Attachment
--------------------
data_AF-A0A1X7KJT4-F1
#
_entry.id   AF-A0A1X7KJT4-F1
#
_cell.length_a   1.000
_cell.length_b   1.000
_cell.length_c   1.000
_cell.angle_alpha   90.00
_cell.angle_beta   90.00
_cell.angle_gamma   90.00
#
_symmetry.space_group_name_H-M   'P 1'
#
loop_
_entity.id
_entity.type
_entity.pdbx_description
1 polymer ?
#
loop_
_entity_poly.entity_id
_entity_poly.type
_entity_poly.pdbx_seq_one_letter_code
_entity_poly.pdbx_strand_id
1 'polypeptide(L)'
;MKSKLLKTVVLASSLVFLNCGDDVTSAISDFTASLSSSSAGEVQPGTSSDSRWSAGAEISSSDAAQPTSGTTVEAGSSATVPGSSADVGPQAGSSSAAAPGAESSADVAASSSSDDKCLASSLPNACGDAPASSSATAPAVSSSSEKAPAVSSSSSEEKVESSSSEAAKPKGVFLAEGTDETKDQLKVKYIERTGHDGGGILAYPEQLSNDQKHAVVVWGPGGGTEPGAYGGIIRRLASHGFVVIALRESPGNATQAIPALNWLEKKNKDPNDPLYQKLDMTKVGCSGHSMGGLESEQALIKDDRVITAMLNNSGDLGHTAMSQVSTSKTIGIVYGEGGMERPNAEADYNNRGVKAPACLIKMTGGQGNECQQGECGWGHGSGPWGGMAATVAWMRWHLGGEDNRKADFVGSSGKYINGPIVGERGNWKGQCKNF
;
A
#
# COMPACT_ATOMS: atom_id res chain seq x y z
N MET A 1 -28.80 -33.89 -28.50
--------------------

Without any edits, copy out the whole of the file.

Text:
data_AF-A0A1X7KJT4-F1
#
_entry.id   AF-A0A1X7KJT4-F1
#
_cell.length_a   1.000
_cell.length_b   1.000
_cell.length_c   1.000
_cell.angle_alpha   90.00
_cell.angle_beta   90.00
_cell.angle_gamma   90.00
#
_symmetry.space_group_name_H-M   'P 1'
#
loop_
_entity.id
_entity.type
_entity.pdbx_description
1 polymer ?
#
loop_
_entity_poly.entity_id
_entity_poly.type
_entity_poly.pdbx_seq_one_letter_code
_entity_poly.pdbx_strand_id
1 'polypeptide(L)'
;MKSKLLKTVVLASSLVFLNCGDDVTSAISDFTASLSSSSAGEVQPGTSSDSRWSAGAEISSSDAAQPTSGTTVEAGSSATVPGSSADVGPQAGSSSAAAPGAESSADVAASSSSDDKCLASSLPNACGDAPASSSATAPAVSSSSEKAPAVSSSSSEEKVESSSSEAAKPKGVFLAEGTDETKDQLKVKYIERTGHDGGGILAYPEQLSNDQKHAVVVWGPGGGTEPGAYGGIIRRLASHGFVVIALRESPGNATQAIPALNWLEKKNKDPNDPLYQKLDMTKVGCSGHSMGGLESEQALIKDDRVITAMLNNSGDLGHTAMSQVSTSKTIGIVYGEGGMERPNAEADYNNRGVKAPACLIKMTGGQGNECQQGECGWGHGSGPWGGMAATVAWMRWHLGGEDNRKADFVGSSGKYINGPIVGERGNWKGQCKNF
;
A
#
# COMPACT_ATOMS: atom_id res chain seq x y z
N MET A 1 -28.80 -33.89 -28.50